by James A. Bacon
Virginians are still trying to decipher the intentions of Glenn Youngkin in traveling to so many Republican campaign events around the country. The Governor been in office about eight months. He’s barely gotten started in undoing the damage of his predecessor’s four-year term. He couldn’t really be thinking about running for president, could he?
There doesn’t seem to be much question in the minds of the national media that he is. Donald Trump remains the odds-on favorite to win the Republican nomination should he desire it even though the metaphorical walls have been “closing in” on him for six years now. If Democrats finally succeed in taking out the former president, then Florida Governor Ron DeSantis seems the most viable alternative. Yet Youngkin’s name is frequently invoked as a possible presidential candidate.
“It’s obvious. Glenn Youngkin, the Republican governor of Virginia, wants to be president,” writes New York Times columnist Jamelle Bouie.
Most of Bouie’s lengthy column is a tiresome rendition of the narrative that the Republican Party and the MAGA movements are extensions of Dixiecrats and segregationists. (New York Times columnists have zero clue about what makes Republicans tick.) But he does cite actual evidence, which has gotten little play here in the Old Dominion, that Youngkin does, in fact, have national political ambitions.
Within months of taking office, Youngkin had already established two political organizations, Spirit of Virginia and America’s Spirit, meant to raise his profile in national Republican politics with donations and assistance to candidates both in his home state and across the country. In July, he met privately with major conservative donors in New York City, underlining the sense that his ambitions run larger than his term in Richmond.
Youngkin, a former private equity executive, is on a tour of the country, speaking and raising money for Republican candidates in key presidential swing states. And as he crisscrosses the United States in support of the Republican Party, Youngkin is neither avoiding Donald Trump nor scorning his acolytes; he’s embracing them.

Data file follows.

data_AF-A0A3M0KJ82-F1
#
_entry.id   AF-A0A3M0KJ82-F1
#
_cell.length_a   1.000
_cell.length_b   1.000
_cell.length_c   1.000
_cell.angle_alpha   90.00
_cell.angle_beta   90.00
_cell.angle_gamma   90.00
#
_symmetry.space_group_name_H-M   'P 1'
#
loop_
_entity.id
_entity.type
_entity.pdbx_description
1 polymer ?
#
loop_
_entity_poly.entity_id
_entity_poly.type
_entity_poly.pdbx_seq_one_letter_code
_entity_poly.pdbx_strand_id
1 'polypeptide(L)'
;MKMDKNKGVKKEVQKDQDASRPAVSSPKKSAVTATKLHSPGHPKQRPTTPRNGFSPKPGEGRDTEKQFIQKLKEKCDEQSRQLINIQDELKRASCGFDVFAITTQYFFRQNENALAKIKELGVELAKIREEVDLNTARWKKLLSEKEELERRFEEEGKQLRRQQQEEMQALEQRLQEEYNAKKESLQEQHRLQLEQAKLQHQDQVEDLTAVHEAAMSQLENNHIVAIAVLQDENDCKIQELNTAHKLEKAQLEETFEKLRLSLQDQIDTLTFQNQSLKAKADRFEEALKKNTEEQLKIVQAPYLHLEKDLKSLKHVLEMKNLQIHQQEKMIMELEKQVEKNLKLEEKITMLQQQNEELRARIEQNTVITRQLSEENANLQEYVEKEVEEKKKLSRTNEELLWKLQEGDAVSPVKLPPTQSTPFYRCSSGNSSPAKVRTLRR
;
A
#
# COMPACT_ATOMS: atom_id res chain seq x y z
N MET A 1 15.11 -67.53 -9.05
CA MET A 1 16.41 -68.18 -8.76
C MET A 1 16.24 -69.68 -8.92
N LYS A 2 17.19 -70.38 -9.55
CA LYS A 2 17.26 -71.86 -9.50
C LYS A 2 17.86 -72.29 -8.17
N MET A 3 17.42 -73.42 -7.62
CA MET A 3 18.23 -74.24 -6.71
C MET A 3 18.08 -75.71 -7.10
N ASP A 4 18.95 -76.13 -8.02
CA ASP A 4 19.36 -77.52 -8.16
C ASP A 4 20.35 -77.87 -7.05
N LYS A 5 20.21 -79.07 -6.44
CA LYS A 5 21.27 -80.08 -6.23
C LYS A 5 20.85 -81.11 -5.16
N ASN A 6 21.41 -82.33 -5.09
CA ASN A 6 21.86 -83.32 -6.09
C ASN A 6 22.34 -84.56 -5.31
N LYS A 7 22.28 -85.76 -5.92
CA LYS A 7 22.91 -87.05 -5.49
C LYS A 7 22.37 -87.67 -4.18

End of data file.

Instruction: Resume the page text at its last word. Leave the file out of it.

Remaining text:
In Nevada last week, Youngkin stumped for Joe Lombardo, the Trump-backed Republican nominee for governor who acknowledges that President Biden won the election but says he is worried about the “sanctity of the voting system.” In Michigan, Youngkin stumped for Tudor Dixon, the Trump-backed Republican nominee for governor who has repeatedly challenged the integrity of the 2020 presidential election. And later this month, in Arizona, Youngkin will stump for Kari Lake, the Trump-backed Republican nominee for governor who accused Democrats of fraud in the state and says that unlike Gov. Doug Ducey, she “would not have certified” the 2020 election results.
Whether Youngkin agrees with any of this himself is an open question. In the 2021 Virginia Republican primary, he flirted with election denialism but never fully committed. What matters, for our purposes, is that Youngkin believes he needs to cater to and actually support election questioners and deniers to have a shot at leading the Republican Party.
Setting aside his uncharitable interpretation of Youngkin’s views on election integrity, Bouie does make a valid point about his political ambitions.
I support most of Youngkin’s agenda for Virginia, but I am distressed to see his attention wander so far afield. He has yet to demonstrate that he can help Republicans regain control of the General Assembly. He has yet to show he can push his message through a biased media. And he’s done about all he can do with executive orders and appointments to boards and commissions.
Youngkin needs to be stumping for Republican candidates here in Virginia. He needs to be raising money for conservative causes in the Old Dominion. He needs to be laying the groundwork for legislative reforms in Richmond. In sum, he needs to give it everything he’s got here at home. If his agenda falters here, he will have no credibility as a national change agent… or a presidential candidate.